Trump Transition

Trump announces Perry as pick for energy secretary

President-elect taps Rick Perry to lead the Department of Energy, Ryan Zinke as secretary of the Interior; reaction from RealClearPolitics' A.B. Stoddard and The Washington Examiner's Susan Crabtree

 

President-elect Donald Trump made it official Wednesday, announcing his intent to nominate former Texas Gov. Rick Perry to lead the Department of Energy -- the agency Perry once famously forgot he wanted to eliminate. 

The longest-serving Texas governor was thought to be Trump's top choice for the secretary job, despite Perry's tough criticism of the billionaire businessman early in the presidential campaign. In 2015, Perry called Trump's bid a "cancer on conservatism." 

But as with other prominent GOP critics, Trump and Perry have moved past their disagreements. The two finalized the decision during a meeting Monday evening at Trump Tower.

“As the Governor of Texas, Rick Perry created a business climate that produced millions of new jobs and lower energy prices in his state, and he will bring that same approach to our entire country as Secretary of Energy,” Trump said in a press release. “My administration is going to make sure we take advantage of our huge natural resource deposits to make America energy independent and create vast new wealth for our nation, and Rick Perry is going to do an amazing job as the leader of that process.”

"It is a tremendous honor to be selected to serve as Secretary of Energy by President-elect Trump. I am deeply humbled by his trust in me,” Perry said. 

Ironically, it was the Energy Department in a sense that helped derail Perry's 2012 presidential bid. During a 2011 presidential debate, he couldn’t remember the agency when he was ticking off departments he would eliminate.

"I will tell you, it is three agencies of government when I get there that are gone. Commerce, Education, and the — What’s the third one there? Let’s see. ... Oops," Perry said.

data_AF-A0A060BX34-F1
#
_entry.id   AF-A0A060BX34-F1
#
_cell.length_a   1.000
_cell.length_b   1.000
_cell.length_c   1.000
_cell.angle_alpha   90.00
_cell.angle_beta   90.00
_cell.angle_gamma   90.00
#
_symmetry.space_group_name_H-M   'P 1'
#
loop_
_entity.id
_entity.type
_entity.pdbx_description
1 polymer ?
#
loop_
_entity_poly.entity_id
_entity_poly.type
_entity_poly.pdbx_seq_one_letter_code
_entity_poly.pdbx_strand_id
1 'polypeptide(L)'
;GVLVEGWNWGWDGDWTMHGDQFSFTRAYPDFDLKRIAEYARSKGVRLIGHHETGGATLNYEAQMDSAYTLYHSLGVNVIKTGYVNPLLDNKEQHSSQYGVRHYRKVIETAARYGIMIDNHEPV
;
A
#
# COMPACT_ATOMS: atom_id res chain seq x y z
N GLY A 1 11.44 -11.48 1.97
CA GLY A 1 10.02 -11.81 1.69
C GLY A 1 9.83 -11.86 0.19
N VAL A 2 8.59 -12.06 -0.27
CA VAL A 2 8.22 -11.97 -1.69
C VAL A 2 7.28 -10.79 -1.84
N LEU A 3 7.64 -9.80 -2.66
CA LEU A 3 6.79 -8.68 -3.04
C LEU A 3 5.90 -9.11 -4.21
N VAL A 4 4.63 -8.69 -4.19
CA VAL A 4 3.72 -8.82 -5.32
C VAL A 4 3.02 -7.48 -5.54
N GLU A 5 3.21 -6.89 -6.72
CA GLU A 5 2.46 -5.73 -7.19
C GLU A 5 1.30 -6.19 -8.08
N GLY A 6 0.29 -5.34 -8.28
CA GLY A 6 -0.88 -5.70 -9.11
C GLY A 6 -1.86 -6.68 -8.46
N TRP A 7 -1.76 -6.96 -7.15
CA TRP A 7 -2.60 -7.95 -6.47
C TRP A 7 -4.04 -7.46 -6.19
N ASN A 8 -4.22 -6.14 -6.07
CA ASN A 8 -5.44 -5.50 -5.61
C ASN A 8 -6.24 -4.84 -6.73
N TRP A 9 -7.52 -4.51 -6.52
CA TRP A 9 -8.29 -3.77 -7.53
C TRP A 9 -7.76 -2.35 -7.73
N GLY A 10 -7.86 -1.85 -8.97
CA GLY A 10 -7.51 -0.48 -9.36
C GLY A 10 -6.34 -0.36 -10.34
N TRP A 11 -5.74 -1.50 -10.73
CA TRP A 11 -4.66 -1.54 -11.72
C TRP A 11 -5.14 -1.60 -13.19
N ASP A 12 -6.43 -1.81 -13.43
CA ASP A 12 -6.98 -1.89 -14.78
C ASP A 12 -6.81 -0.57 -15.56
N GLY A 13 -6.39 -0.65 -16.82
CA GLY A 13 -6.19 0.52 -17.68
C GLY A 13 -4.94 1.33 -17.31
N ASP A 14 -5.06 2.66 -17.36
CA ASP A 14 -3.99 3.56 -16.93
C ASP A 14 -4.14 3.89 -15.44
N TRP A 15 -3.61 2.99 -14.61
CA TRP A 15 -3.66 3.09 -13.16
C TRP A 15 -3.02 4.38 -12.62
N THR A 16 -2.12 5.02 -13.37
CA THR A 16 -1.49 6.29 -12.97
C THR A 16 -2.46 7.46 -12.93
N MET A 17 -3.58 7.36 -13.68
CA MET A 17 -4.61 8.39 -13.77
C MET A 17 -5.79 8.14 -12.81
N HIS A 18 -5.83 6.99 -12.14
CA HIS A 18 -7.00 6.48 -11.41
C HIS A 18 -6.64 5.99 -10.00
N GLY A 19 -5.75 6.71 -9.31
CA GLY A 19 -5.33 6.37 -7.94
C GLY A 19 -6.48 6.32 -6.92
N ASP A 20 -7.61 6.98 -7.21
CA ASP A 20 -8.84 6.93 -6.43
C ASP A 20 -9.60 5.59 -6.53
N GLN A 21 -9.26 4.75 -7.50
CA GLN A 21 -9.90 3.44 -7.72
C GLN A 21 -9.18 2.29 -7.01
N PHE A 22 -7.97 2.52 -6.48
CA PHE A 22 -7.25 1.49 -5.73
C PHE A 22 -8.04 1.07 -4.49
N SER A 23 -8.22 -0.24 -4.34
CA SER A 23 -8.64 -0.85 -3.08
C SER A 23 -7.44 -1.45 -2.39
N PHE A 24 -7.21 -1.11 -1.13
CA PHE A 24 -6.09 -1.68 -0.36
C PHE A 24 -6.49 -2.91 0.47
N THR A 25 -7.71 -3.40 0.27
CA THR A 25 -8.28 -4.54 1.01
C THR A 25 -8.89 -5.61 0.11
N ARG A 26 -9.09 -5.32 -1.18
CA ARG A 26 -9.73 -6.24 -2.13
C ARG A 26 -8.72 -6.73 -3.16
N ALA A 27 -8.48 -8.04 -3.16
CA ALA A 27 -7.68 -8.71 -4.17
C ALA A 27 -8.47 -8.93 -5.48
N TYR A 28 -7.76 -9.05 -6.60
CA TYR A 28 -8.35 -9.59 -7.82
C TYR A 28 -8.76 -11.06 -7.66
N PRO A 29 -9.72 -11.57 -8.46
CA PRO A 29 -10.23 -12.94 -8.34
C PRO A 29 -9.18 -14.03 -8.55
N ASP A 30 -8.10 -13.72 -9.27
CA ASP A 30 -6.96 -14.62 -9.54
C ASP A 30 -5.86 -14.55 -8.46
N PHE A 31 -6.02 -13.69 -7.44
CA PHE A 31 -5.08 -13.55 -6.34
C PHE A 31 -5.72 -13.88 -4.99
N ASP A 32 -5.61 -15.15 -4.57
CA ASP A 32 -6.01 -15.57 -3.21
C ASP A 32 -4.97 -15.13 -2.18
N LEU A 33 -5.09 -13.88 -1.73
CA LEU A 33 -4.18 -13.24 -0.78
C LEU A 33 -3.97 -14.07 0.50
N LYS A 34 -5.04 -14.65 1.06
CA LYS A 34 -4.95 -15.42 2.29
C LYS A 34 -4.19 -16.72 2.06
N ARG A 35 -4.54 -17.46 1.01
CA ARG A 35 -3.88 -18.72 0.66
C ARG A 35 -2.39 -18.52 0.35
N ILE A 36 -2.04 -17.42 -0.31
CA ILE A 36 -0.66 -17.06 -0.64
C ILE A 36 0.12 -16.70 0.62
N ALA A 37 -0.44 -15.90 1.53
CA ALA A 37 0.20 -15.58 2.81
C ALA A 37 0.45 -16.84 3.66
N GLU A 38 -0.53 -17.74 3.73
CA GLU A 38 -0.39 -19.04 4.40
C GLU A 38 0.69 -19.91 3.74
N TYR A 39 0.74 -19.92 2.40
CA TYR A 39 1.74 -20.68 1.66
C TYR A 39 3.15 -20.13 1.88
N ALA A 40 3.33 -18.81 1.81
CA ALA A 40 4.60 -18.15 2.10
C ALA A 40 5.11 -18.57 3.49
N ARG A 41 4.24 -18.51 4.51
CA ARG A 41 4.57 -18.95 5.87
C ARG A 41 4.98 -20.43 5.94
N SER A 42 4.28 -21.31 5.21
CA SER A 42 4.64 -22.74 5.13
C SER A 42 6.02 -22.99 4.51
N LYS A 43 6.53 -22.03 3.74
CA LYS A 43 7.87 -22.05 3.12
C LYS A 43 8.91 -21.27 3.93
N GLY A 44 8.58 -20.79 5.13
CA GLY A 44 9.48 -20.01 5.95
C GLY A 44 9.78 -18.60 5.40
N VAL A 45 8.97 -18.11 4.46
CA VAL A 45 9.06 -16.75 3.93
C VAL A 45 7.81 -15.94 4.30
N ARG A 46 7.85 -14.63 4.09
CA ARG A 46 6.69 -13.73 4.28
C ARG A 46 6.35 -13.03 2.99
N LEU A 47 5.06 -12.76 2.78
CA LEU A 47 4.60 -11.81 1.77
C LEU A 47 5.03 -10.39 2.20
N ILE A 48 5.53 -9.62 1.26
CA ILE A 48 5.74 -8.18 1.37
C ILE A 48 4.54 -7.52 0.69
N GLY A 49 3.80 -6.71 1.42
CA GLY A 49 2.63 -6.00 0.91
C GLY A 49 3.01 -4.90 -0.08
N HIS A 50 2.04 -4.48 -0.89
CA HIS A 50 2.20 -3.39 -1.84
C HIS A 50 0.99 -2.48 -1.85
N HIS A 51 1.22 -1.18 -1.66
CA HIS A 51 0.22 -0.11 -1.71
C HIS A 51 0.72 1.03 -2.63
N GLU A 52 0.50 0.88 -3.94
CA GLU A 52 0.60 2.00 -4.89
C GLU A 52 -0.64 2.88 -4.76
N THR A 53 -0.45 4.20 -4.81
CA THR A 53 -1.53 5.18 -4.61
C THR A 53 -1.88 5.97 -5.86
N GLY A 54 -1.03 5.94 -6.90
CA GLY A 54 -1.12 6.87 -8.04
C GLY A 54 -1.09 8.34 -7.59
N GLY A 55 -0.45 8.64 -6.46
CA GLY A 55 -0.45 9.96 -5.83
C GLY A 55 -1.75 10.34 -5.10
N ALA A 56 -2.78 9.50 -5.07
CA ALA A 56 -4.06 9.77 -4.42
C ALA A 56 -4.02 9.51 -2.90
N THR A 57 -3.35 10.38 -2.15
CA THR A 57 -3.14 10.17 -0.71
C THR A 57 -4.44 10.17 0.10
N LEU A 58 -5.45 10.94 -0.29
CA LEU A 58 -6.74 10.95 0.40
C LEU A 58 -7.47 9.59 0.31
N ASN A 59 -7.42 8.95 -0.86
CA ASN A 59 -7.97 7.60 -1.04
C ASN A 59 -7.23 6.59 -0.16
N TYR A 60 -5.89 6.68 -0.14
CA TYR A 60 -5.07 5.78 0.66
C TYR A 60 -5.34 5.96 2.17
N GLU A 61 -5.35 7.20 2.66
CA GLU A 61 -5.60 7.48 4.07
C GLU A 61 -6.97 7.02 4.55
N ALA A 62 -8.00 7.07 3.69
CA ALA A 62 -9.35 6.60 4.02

The former Texas governor is a board member for Energy Transfer Partners, which is attempting to build the Dakota Access pipeline. The construction of the pipeline sparked protests and its attempted passage through Lake Oahe in North Dakota was blocked recently by the Army Corps of Engineers over concerns it could damage the water supply in tribal lands.

The incoming Trump administration has said it plans to approve the controversial pipeline project, which was stalled in recent months by defiant protests by Native American and environmental opponents.

Perry ran for president in both the 2012 and 2016 campaigns, bowing out in both.

As secretary, he would be involved in policy decisions on increasing the nation's domestic supply of oil and investments in oil exploration research and technology.

The department plays a major regulatory role in overseeing nuclear power and natural gas. It also manages 17 national labs charged with developing science and technology to further the nation's energy sector and conduct research to spur innovation. It also maintains and secures U.S. nuclear weapons.

Perry initially endorsed Senator Ted Cruz after dropping out of the presidential race, but then turned around to support Trump.

The Associated Press contributed to this report.